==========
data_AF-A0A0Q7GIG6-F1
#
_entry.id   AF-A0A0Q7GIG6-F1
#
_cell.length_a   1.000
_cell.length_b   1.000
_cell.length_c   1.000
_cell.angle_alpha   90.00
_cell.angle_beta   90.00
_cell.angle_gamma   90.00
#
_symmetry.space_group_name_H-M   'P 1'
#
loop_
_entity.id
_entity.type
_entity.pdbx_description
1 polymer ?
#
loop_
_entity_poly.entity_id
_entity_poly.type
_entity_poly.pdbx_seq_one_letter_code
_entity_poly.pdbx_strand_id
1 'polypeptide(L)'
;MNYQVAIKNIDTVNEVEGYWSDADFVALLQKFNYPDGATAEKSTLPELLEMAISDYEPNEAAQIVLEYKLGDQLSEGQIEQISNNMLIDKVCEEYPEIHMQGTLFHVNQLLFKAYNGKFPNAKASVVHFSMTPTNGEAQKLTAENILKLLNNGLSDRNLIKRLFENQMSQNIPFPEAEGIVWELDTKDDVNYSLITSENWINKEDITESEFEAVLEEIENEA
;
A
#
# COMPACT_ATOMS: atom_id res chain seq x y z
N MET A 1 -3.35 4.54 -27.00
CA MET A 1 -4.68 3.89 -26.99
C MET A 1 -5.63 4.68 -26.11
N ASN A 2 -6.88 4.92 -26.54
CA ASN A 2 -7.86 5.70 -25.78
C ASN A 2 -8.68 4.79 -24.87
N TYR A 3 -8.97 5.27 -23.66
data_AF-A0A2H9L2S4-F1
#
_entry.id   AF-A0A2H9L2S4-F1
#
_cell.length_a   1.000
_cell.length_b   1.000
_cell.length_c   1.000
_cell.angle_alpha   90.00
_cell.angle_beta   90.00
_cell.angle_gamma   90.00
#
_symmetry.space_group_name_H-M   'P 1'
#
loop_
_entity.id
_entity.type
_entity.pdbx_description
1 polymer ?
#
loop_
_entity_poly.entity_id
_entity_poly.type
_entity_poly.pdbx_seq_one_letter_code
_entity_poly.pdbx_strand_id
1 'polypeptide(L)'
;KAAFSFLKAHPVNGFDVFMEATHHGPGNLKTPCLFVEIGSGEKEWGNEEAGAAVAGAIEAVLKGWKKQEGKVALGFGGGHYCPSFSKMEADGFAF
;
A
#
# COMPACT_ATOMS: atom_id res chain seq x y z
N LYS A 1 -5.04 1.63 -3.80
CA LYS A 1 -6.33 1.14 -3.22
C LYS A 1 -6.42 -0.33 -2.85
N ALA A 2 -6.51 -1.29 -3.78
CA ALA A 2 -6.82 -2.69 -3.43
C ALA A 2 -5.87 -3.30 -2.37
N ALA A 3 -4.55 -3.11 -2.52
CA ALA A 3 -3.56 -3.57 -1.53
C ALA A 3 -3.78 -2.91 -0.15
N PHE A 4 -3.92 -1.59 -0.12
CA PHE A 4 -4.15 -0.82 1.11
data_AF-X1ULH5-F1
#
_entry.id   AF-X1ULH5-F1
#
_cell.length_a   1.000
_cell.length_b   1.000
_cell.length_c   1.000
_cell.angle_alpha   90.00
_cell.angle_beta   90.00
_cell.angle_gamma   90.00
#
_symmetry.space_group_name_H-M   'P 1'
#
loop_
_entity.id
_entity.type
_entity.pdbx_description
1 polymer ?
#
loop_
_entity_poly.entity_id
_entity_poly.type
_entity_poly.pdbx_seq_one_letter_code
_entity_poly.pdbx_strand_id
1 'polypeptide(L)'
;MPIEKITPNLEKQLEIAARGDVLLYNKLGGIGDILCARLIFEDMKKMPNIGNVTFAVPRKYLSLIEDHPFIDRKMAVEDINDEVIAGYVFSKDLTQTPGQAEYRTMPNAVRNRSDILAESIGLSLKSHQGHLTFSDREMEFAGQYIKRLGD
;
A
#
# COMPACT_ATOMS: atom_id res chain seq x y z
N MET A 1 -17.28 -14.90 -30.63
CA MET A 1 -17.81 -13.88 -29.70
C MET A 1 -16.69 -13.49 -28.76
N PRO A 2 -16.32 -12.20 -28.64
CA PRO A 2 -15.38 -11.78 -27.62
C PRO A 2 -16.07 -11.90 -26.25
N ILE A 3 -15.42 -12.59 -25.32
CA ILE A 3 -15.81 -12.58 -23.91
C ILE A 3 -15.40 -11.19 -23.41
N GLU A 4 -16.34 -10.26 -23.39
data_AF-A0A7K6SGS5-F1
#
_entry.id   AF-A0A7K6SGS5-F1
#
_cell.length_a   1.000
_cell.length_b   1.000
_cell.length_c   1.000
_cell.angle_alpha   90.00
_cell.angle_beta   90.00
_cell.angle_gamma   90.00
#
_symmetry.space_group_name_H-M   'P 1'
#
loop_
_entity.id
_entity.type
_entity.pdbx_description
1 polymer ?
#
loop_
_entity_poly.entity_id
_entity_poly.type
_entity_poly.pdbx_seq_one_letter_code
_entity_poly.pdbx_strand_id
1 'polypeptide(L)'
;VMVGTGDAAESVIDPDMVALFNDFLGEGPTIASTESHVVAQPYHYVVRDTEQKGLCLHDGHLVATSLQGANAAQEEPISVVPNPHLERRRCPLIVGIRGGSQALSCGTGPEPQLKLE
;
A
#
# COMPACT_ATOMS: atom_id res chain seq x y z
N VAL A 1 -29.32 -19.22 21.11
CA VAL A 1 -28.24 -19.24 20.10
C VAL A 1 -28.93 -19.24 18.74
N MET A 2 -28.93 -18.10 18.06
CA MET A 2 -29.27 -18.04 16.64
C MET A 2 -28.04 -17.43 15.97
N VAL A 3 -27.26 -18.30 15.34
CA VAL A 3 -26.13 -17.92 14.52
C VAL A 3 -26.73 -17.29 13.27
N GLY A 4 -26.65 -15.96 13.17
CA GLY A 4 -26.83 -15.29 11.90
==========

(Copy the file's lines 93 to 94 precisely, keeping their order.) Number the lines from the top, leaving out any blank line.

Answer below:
_entity.id
_entity.type